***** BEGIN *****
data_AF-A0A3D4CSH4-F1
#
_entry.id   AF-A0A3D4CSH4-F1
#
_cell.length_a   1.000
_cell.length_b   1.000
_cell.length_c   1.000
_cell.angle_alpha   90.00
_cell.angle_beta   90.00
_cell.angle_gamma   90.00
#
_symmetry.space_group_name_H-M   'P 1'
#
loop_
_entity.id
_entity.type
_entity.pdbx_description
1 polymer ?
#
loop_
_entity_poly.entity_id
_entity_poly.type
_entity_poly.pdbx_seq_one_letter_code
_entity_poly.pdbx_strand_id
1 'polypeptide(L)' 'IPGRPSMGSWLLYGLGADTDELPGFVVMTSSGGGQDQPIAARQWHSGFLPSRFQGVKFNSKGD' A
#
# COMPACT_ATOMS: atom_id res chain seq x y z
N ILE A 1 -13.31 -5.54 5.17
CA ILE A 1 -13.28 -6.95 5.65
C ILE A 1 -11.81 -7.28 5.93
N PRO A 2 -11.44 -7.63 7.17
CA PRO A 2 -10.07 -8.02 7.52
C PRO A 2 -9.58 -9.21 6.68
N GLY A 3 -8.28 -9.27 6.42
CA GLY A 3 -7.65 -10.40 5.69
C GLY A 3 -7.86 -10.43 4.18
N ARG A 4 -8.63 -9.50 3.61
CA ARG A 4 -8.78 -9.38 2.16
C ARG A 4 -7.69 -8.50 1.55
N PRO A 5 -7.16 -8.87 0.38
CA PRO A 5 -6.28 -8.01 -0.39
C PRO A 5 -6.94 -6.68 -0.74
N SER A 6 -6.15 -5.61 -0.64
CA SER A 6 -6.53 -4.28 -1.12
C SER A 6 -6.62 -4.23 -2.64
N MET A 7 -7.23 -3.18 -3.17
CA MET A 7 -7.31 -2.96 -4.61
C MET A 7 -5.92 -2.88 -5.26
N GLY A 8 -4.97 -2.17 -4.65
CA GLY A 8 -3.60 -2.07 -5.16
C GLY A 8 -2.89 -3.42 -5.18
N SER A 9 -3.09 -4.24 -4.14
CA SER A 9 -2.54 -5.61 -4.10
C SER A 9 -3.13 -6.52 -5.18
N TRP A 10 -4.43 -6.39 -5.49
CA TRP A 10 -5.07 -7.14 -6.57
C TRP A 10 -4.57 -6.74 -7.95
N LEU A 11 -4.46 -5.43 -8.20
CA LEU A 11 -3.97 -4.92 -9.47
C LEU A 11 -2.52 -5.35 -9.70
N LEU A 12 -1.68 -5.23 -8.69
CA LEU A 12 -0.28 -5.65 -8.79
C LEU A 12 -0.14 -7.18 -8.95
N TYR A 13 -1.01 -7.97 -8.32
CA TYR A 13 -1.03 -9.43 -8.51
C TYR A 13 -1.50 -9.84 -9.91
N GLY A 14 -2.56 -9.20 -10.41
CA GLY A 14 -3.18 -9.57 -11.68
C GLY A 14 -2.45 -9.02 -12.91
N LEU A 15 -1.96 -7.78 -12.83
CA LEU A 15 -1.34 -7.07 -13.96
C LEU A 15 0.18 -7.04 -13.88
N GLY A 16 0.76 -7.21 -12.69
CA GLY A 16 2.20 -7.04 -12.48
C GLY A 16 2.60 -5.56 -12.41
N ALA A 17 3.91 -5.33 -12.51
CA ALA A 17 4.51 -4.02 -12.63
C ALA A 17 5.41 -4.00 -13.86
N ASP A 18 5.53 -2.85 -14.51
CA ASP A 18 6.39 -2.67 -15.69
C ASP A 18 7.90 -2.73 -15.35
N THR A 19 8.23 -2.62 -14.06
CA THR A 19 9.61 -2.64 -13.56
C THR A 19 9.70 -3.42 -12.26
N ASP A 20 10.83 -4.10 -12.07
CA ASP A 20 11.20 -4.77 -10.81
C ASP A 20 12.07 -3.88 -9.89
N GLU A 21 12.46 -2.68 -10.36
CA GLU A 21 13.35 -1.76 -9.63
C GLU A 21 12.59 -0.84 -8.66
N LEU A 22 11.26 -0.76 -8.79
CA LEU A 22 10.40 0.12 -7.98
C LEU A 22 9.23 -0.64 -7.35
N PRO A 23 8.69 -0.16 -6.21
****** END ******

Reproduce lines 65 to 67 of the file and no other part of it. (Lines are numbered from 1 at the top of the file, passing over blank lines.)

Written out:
CA TYR A 13 -1.03 -9.43 -8.51
C TYR A 13 -1.50 -9.84 -9.91
N GLY A 14 -2.56 -9.20 -10.41